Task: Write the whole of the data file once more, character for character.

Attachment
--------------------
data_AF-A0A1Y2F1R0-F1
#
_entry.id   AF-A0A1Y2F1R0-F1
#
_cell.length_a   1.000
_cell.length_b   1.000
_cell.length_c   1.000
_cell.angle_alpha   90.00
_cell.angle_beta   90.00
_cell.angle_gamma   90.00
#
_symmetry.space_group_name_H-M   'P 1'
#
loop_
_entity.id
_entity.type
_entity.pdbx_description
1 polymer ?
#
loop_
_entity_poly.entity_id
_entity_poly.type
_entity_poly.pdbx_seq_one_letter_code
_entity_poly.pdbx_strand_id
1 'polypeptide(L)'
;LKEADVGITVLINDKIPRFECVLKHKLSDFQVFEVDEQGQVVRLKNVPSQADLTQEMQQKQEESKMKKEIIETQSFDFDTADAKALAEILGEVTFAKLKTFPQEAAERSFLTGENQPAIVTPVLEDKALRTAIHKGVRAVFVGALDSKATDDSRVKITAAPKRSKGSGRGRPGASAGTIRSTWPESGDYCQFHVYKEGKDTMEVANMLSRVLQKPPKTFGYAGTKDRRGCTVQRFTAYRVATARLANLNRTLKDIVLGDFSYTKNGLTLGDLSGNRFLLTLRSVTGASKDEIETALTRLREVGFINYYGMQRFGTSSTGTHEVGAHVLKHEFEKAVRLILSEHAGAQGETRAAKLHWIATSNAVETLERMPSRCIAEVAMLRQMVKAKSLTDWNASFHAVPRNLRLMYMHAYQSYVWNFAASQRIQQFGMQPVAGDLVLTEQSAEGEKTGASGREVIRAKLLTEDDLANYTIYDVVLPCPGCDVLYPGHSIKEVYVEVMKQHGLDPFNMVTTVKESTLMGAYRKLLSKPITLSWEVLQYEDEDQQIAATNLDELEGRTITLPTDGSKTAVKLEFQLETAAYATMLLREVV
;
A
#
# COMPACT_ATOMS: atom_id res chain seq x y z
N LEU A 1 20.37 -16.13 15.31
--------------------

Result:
data_AF-A0A1Y2F1R0-F1
#
_entry.id   AF-A0A1Y2F1R0-F1
#
_cell.length_a   1.000
_cell.length_b   1.000
_cell.length_c   1.000
_cell.angle_alpha   90.00
_cell.angle_beta   90.00
_cell.angle_gamma   90.00
#
_symmetry.space_group_name_H-M   'P 1'
#
loop_
_entity.id
_entity.type
_entity.pdbx_description
1 polymer ?
#
loop_
_entity_poly.entity_id
_entity_poly.type
_entity_poly.pdbx_seq_one_letter_code
_entity_poly.pdbx_strand_id
1 'polypeptide(L)'
;LKEADVGITVLINDKIPRFECVLKHKLSDFQVFEVDEQGQVVRLKNVPSQADLTQEMQQKQEESKMKKEIIETQSFDFDTADAKALAEILGEVTFAKLKTFPQEAAERSFLTGENQPAIVTPVLEDKALRTAIHKGVRAVFVGALDSKATDDSRVKITAAPKRSKGSGRGRPGASAGTIRSTWPESGDYCQFHVYKEGKDTMEVANMLSRVLQKPPKTFGYAGTKDRRGCTVQRFTAYRVATARLANLNRTLKDIVLGDFSYTKNGLTLGDLSGNRFLLTLRSVTGASKDEIETALTRLREVGFINYYGMQRFGTSSTGTHEVGAHVLKHEFEKAVRLILSEHAGAQGETRAAKLHWIATSNAVETLERMPSRCIAEVAMLRQMVKAKSLTDWNASFHAVPRNLRLMYMHAYQSYVWNFAASQRIQQFGMQPVAGDLVLTEQSAEGEKTGASGREVIRAKLLTEDDLANYTIYDVVLPCPGCDVLYPGHSIKEVYVEVMKQHGLDPFNMVTTVKESTLMGAYRKLLSKPITLSWEVLQYEDEDQQIAATNLDELEGRTITLPTDGSKTAVKLEFQLETAAYATMLLREVV
;
A
#
# COMPACT_ATOMS: atom_id res chain seq x y z
N LEU A 1 20.37 -16.13 15.31